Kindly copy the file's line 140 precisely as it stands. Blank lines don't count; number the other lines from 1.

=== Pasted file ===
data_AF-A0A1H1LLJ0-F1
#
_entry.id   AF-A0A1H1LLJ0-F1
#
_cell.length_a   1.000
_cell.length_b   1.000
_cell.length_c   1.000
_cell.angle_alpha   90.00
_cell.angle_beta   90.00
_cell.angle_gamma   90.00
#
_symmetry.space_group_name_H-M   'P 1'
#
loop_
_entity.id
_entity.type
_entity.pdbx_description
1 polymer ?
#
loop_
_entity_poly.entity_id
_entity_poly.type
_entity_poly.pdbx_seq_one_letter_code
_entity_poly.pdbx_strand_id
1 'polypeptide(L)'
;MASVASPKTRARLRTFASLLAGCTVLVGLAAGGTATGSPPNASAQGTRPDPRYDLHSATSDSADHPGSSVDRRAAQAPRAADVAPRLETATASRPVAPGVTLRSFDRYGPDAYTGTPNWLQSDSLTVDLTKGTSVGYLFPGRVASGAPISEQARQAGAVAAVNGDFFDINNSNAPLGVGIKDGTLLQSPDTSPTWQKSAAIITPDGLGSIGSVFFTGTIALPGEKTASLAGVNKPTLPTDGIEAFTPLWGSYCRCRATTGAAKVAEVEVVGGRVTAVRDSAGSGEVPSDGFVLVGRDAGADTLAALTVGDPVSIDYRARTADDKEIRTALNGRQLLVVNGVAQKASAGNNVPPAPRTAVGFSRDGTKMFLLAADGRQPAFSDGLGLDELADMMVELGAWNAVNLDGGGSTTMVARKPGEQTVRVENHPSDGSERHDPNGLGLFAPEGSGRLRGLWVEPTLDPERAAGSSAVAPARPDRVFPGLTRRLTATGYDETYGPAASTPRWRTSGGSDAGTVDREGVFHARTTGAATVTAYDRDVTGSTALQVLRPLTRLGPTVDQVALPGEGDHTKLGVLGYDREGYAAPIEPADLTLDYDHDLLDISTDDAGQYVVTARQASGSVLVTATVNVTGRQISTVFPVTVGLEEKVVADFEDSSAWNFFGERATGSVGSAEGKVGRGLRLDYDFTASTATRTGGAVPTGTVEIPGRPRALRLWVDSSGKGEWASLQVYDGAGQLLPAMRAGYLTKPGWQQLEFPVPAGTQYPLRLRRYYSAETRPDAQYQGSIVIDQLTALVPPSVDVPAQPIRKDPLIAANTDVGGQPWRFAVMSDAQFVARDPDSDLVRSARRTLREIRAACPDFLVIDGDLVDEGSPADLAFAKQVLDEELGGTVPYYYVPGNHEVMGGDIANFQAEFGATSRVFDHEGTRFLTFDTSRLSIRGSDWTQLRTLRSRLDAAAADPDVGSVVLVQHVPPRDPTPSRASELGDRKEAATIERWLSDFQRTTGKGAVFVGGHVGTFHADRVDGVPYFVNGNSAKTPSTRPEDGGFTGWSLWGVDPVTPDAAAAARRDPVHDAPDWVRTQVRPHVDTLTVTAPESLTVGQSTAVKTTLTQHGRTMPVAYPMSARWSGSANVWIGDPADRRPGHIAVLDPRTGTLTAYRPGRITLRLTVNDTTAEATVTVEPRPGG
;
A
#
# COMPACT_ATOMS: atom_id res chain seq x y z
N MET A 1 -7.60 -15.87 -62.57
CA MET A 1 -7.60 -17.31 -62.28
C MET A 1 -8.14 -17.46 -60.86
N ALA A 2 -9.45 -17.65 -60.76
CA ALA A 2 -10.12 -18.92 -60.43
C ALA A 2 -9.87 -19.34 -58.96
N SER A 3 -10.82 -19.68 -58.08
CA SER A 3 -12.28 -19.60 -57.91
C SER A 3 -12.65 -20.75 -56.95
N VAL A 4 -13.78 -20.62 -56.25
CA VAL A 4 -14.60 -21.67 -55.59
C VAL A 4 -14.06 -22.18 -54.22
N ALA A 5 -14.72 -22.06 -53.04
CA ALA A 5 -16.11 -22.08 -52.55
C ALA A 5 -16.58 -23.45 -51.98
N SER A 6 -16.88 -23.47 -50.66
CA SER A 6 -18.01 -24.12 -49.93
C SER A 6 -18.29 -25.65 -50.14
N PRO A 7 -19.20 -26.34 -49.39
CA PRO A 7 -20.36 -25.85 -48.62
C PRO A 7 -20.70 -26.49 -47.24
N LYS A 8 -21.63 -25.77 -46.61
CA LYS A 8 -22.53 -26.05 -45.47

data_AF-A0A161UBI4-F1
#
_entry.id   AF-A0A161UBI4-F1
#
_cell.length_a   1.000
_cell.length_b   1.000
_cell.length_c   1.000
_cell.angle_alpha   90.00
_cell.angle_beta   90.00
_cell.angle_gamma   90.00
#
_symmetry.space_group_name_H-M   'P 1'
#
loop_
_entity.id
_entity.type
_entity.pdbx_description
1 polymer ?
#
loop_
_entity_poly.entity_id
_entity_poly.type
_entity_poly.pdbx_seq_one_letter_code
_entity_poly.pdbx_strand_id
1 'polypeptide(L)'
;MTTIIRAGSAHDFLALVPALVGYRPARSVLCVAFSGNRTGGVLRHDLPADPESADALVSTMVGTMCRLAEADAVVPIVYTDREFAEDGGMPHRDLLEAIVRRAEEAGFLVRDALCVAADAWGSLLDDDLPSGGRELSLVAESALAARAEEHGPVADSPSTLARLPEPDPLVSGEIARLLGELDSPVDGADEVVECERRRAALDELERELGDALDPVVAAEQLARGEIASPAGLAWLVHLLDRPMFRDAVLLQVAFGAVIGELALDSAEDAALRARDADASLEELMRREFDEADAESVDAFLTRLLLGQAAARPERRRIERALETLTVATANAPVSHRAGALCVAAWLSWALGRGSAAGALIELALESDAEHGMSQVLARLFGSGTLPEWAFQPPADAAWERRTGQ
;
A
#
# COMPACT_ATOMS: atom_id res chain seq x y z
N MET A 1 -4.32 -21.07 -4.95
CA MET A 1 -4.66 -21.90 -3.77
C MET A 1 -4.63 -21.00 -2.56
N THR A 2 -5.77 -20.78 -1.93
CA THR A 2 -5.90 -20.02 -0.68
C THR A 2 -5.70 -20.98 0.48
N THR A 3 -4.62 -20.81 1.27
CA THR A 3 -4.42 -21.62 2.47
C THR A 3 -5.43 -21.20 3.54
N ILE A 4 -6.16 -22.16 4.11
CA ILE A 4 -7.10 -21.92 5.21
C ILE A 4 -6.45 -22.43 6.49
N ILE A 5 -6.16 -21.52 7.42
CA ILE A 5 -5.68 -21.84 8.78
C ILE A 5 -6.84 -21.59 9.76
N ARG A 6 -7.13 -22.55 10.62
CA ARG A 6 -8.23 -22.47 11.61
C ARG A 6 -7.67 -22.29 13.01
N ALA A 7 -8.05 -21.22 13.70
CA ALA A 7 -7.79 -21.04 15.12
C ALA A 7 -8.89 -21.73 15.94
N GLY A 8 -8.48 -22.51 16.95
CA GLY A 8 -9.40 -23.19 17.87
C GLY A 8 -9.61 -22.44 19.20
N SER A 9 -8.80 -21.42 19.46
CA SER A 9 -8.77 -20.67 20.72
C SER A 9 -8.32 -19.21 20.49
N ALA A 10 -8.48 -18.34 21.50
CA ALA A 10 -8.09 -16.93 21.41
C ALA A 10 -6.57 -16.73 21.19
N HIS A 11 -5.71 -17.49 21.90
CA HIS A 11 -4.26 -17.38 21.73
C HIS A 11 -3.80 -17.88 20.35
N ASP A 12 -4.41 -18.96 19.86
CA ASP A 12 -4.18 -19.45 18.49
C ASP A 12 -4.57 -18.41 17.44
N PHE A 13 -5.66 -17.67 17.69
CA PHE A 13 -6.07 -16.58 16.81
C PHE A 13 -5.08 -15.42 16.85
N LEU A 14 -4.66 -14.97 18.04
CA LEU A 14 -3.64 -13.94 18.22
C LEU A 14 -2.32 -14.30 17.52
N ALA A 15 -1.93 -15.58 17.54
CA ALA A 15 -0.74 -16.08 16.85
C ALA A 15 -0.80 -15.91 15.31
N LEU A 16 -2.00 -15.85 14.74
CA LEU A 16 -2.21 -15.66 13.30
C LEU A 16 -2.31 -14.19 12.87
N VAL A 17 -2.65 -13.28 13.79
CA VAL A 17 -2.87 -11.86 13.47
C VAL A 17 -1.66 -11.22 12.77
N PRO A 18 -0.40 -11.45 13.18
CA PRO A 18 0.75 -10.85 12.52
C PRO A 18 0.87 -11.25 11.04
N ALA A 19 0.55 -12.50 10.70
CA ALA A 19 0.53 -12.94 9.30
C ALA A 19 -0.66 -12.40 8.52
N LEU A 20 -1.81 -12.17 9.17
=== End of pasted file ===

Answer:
C ALA A 19 -0.66 -12.40 8.52